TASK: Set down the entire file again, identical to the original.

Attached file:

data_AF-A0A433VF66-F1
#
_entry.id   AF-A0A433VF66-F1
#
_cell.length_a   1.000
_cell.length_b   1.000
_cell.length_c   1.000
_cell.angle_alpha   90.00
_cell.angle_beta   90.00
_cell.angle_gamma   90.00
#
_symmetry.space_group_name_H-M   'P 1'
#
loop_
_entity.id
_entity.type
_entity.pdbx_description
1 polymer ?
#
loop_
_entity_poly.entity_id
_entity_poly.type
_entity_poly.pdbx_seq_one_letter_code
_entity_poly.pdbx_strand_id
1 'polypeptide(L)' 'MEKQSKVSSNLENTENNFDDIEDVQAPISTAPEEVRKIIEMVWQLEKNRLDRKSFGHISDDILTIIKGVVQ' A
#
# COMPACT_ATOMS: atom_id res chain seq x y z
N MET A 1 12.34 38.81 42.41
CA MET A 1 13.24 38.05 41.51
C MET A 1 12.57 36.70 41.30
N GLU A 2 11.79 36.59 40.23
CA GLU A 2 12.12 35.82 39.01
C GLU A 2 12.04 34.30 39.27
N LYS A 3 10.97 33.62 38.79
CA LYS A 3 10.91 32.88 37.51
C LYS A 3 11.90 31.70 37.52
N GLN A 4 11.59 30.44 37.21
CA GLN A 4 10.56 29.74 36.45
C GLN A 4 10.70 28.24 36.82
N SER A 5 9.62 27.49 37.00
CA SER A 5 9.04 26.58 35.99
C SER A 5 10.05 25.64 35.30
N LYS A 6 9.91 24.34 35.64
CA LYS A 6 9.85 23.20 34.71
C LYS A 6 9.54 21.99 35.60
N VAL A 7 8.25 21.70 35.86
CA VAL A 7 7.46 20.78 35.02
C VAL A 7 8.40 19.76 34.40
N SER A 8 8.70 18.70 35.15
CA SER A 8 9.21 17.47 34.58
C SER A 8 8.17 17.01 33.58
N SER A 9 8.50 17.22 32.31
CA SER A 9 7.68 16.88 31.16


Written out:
data_AF-A0A433VF66-F1
#
_entry.id   AF-A0A433VF66-F1
#
_cell.length_a   1.000
_cell.length_b   1.000
_cell.length_c   1.000
_cell.angle_alpha   90.00
_cell.angle_beta   90.00
_cell.angle_gamma   90.00
#
_symmetry.space_group_name_H-M   'P 1'
#
loop_
_entity.id
_entity.type
_entity.pdbx_description
1 polymer ?
#
loop_
_entity_poly.entity_id
_entity_poly.type
_entity_poly.pdbx_seq_one_letter_code
_entity_poly.pdbx_strand_id
1 'polypeptide(L)' 'MEKQSKVSSNLENTENNFDDIEDVQAPISTAPEEVRKIIEMVWQLEKNRLDRKSFGHISDDILTIIKGVVQ' A
#
# COMPACT_ATOMS: atom_id res chain seq x y z
N MET A 1 12.34 38.81 42.41
CA MET A 1 13.24 38.05 41.51
C MET A 1 12.57 36.70 41.30
N GLU A 2 11.79 36.59 40.23
CA GLU A 2 12.12 35.82 39.01
C GLU A 2 12.04 34.30 39.27
N LYS A 3 10.97 33.62 38.79
CA LYS A 3 10.91 32.88 37.51
C LYS A 3 11.90 31.70 37.52
N GLN A 4 11.59 30.44 37.21
CA GLN A 4 10.56 29.74 36.45
C GLN A 4 10.70 28.24 36.82
N SER A 5 9.62 27.49 37.00
CA SER A 5 9.04 26.58 35.99
C SER A 5 10.05 25.64 35.30
N LYS A 6 9.91 24.34 35.64
CA LYS A 6 9.85 23.20 34.71
C LYS A 6 9.54 21.99 35.60
N VAL A 7 8.25 21.70 35.86
CA VAL A 7 7.46 20.78 35.02
C VAL A 7 8.40 19.76 34.40
N SER A 8 8.70 18.70 35.15
CA SER A 8 9.21 17.47 34.58
C SER A 8 8.17 17.01 33.58
N SER A 9 8.50 17.22 32.31
CA SER A 9 7.68 16.88 31.16